constructor: function () {

accessing the method:

  accessStatic: function () {
    return this.__super__.constructor.staticMethod(this);

applying the method to the current scope:

  applyStatic: function () {
    return this.__super__.constructor.staticMethod.apply(this, this);

UPDATE 27 MAR 2014: Blog Post on the problem with static inheritance


  • base case tests done for now
  • extend case tests done for now
  • anti-pattern tests, inherit-statics, using-natives done for now

The only failing tests are in extend/using-natives.js, and only in IE 6, 7, & 8. See the Extending Natives? section further down.

The /base and /extend test cases show the intended usage of Constructor() and Constructor.extend().

The /base and /extend directories contain an anti-patterns.js test which shows a few clever and/or misguided uses that have surprising side-effects.

Under /extend is the inherit-statics.js tests which show how to access a static attribute from a super constructor, but goes into some detail about the example from which this test is derived. The example is taken from Programming in CoffeeScript by Mark Bates, Addison-Wesley, pp. 147-150, where the author shows that CoffeeScript does not support static inheritance through the __super__ keyword. However, the example contains a more fundamental problem with respect to static property access that is NOT specific to CoffeeScript.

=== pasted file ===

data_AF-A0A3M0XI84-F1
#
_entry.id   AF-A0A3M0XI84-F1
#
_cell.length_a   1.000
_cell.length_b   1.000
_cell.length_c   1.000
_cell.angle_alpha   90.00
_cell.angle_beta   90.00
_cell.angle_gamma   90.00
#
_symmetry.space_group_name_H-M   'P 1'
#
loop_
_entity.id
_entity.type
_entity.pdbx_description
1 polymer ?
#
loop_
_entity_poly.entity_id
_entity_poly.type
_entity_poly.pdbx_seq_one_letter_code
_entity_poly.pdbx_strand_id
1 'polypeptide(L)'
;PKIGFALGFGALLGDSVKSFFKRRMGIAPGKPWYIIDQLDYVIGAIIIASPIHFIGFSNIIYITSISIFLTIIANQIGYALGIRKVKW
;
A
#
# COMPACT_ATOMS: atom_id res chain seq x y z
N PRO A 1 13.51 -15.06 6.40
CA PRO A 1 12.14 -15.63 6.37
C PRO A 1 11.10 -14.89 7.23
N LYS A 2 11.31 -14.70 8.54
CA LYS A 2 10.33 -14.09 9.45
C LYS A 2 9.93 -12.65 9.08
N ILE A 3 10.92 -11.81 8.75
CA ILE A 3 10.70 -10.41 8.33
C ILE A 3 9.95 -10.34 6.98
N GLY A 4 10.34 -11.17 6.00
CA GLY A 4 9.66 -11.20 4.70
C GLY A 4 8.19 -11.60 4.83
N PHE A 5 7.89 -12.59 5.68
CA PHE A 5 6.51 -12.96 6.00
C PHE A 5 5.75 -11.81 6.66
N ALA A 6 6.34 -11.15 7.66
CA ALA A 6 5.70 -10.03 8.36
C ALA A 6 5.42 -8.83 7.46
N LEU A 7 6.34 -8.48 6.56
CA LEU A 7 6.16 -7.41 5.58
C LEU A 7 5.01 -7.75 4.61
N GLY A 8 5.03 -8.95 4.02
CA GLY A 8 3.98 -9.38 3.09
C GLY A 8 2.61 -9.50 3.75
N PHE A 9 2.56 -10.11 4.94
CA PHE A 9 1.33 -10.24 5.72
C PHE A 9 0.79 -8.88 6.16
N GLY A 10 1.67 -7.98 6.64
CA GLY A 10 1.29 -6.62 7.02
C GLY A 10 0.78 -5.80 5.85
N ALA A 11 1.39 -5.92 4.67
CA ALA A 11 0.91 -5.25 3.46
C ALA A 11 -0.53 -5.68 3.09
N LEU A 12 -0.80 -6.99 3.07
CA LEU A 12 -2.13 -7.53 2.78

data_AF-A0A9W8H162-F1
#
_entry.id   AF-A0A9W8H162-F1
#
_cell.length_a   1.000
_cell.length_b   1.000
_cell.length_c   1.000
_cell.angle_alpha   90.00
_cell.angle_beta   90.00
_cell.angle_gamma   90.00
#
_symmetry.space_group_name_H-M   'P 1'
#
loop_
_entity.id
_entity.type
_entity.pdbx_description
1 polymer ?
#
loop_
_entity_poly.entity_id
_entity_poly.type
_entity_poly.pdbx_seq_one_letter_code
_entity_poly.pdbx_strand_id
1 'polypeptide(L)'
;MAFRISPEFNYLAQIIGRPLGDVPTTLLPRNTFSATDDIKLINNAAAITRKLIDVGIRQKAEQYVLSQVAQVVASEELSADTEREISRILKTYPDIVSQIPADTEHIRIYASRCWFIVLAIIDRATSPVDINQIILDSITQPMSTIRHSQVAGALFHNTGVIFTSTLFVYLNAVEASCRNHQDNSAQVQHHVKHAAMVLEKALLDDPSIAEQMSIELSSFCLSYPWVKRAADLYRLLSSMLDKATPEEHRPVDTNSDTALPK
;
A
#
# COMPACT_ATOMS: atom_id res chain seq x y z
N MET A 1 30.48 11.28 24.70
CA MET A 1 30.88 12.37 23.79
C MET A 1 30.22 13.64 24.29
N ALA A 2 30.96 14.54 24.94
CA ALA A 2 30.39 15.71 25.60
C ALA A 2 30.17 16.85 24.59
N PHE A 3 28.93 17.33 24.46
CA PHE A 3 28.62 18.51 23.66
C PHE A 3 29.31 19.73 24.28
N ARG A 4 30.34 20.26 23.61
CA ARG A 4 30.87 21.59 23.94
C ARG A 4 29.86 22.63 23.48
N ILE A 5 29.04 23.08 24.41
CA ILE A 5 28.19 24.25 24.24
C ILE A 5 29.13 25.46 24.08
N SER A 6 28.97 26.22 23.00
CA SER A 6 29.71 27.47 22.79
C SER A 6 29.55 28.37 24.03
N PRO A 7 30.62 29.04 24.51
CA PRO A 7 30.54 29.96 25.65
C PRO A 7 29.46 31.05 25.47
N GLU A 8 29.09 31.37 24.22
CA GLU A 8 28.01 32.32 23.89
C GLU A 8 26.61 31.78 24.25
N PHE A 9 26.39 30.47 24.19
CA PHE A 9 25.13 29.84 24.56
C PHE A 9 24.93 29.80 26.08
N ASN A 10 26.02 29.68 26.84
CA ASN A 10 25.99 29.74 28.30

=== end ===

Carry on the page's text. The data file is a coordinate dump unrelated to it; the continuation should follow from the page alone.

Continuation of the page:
UPDATE 27 MAR 2014: Blog Post on this problem fixing static inheritance

test from node.js command line:

cd ./constructor

// run suite of all tests

npm test

// run individual base tests

node test/base/anti-patterns.js
node test/base/base-patterns.js
node test/base/using-natives.js

// run individual extend tests

node test/extend/anti-patterns.js 
node test/extend/extend-patterns.js
node test/extend/using-natives.js
node test/extend/inherit-statics.js 

browser test suite:

Using browserify to bundle up the tape tests above.

$ npm run bundle


$ browserify ./test/suite.js -o ./browser-test/bundle.js

The html suite uses a dom-console.js shim for reporting all of tape's console.log statements into the DOM itself. This is located at

You can view the browser-test/suite.html file on rawgit

Extending Natives?

YES, you can inherit from Native functions, but there are some caveats - see the test/extend/using-natives.js file for a complete implementation of a SubArray that inherits from the native Array constructor.

And the caveats? The use of the internal [[Class]] identifier in the JS engines differs between IE 6-8 and all the others (not surprisingly) - but all have a common restriction in that special methods based on the [[Class]] will fail on any objects not identified as constructed by that [[Class]].


  • subclassing Array requires overwriting concat() and toString() methods.
  • IE 6-8 iterations fail on this.length on subarray instances.
  • IE 6-7 don't allow subclasses to inherit any methods in this implementation of constructor inheritance.


npm install constructor






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npm i constructor